Choosing the right specialist
Psychiatrist and paediatric psychiatrist
A psychiatrist is a specialist doctor who can apply his or her knowledge and experience to assess a person’s mental health status and prescribe either pharmacological treatment or referral to a psychologist. A paediatric psychiatrist is a psychiatrist with specialised expertise in the differentiation and recognition of mental disorders and developmental features specific to children.
Medication and psychotherapy are often used in combination, and so-called ‘combination therapy’ is common. In less severe cases, and often in children, psychotherapy alone or even psychological counselling is sufficient. It is up to the doctor to decide which form of treatment is most effective.
Psychologist, clinical psychologist and psychotherapist
The psychotherapist has undergone extensive training in psychotherapy under one of the relevant therapeutic schools (e.g. family therapy, cognitive-behavioural therapy, psychoanalytic therapy, etc.), which uses recognised and scientifically based therapeutic techniques specific to the field.
It is necessary to distinguish between psychological counselling and therapy, the former dealing with more day-to-day issues, while therapy deals with more complex and long-term emotional and behavioural problems. In a typical counselling session, a short-lived problem is addressed by finding quick and workable solutions, helping the person to become aware of and develop his or her own coping skills.
A single professional may hold several qualifications at the same time, for example, being both a clinical psychologist and a psychotherapist.
Mental health nurse
A mental health nurse is a nurse with a master’s degree in nursing specialising in the assessment of a person’s mental health status and associated health risks. She is able to independently map the main mental health problems of the person in need and advise on a plan of action. He/she collects data on the individual’s life history, symptom history and performs initial screening tests (depression, anxiety, sleep disturbance, memory and cognitive functions, substance use), all of which are important to assess the mental health status of the individual, in order to better assess the mental health status of the person.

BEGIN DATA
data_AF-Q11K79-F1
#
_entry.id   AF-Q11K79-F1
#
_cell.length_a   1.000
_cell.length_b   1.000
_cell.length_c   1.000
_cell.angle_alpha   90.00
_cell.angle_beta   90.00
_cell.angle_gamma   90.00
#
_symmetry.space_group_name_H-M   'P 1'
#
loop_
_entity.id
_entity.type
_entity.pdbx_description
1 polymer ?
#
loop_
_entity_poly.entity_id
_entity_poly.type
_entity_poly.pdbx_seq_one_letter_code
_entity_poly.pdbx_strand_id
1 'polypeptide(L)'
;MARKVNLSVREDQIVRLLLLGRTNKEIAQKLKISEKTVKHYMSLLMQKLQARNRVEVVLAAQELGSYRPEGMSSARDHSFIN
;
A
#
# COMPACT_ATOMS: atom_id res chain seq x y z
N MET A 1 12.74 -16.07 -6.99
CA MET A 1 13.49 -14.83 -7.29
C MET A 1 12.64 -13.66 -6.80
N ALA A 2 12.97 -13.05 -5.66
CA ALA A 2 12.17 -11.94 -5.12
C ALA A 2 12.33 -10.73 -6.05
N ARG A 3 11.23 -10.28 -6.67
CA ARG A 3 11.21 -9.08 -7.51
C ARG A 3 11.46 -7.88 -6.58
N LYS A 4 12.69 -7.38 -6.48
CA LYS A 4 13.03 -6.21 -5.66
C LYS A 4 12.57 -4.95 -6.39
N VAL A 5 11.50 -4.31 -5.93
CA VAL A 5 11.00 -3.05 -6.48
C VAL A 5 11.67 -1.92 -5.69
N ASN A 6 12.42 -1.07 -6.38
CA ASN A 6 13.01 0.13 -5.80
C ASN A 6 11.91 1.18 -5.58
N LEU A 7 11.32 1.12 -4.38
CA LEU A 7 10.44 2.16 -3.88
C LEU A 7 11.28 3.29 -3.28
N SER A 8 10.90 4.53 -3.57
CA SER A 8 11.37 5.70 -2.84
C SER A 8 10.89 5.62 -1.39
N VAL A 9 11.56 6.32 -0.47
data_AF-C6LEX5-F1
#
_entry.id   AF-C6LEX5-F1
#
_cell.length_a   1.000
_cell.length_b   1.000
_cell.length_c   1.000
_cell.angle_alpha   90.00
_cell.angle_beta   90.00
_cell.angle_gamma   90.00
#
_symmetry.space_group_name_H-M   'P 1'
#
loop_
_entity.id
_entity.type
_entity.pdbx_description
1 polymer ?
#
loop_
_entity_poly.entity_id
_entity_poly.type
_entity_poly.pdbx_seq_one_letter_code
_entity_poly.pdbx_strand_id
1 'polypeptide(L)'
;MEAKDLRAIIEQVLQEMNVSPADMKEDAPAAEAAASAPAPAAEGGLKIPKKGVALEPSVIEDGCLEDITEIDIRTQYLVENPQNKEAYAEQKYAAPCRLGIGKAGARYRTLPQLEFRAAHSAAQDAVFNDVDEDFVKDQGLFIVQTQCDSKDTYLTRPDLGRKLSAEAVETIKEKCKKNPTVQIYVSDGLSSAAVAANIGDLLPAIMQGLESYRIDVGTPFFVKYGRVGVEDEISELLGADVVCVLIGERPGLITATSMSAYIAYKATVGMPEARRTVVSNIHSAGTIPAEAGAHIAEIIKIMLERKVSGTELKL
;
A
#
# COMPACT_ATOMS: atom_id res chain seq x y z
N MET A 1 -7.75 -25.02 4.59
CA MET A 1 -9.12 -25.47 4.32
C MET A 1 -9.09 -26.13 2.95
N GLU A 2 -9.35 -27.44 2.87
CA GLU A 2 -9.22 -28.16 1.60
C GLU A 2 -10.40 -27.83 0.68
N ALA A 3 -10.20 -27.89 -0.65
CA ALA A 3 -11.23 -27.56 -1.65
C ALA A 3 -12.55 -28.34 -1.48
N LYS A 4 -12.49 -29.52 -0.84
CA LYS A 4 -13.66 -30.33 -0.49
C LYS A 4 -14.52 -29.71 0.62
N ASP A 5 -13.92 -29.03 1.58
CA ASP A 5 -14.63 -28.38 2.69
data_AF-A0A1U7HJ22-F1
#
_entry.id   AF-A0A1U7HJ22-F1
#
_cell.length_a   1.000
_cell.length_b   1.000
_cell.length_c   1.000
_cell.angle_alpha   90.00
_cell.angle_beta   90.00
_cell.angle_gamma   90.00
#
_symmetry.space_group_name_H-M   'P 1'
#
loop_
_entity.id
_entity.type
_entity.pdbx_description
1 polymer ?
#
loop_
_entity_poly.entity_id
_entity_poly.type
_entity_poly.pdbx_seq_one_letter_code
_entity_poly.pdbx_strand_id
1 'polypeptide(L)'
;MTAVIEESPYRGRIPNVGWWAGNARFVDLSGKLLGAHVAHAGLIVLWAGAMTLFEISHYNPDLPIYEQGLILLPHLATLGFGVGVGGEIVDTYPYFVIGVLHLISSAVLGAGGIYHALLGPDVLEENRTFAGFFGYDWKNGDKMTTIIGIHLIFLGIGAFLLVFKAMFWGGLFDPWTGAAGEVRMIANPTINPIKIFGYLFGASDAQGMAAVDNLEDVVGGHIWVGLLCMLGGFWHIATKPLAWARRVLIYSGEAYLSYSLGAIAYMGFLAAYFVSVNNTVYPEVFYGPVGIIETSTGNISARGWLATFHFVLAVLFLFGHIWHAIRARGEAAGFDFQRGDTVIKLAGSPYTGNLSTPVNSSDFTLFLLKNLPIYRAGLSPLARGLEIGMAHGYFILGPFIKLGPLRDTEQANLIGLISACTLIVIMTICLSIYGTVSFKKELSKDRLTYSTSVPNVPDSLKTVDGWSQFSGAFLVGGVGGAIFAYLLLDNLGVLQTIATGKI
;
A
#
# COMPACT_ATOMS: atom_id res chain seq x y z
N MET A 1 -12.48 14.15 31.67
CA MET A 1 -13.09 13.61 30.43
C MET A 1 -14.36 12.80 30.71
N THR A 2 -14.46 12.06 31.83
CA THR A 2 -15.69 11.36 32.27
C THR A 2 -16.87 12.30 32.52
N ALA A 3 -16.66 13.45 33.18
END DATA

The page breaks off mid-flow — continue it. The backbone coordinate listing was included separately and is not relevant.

He will also give advice on how to help oneself with anxiety, depression, sleep disturbance and other mental health problems affecting daily life and coping. Feel free to contact a mental health nurse if you or a beloved person is worried about anxiety, worrying, loss of joy and interest, changes in energy levels and mood,
difficulty concentrating, eating and appetite problems, sleep disturbance, stress disturbance, vague pains, reality disturbance, life-affirming thoughts, self-destructive behaviours, including substance abuse, or any other symptom affecting mental health.
It is also often helpful to seek the advice of a mental health nurse if you think a family member has a mental illness; especially a partner, elderly person or adolescent who tends to refuse help initially. The mental health nurse can then help family members with advice on how to deal with the situation and support coping with the stress of the situation, which often falls on the rest of the family.
In addition, the work of the mental health nurse involves monitoring the health of patients already receiving psychiatric care (taking blood pressure, weighing, analyses) and providing support during treatment.
The mental health nurse is always assisted by a doctor who supervises the treatment process.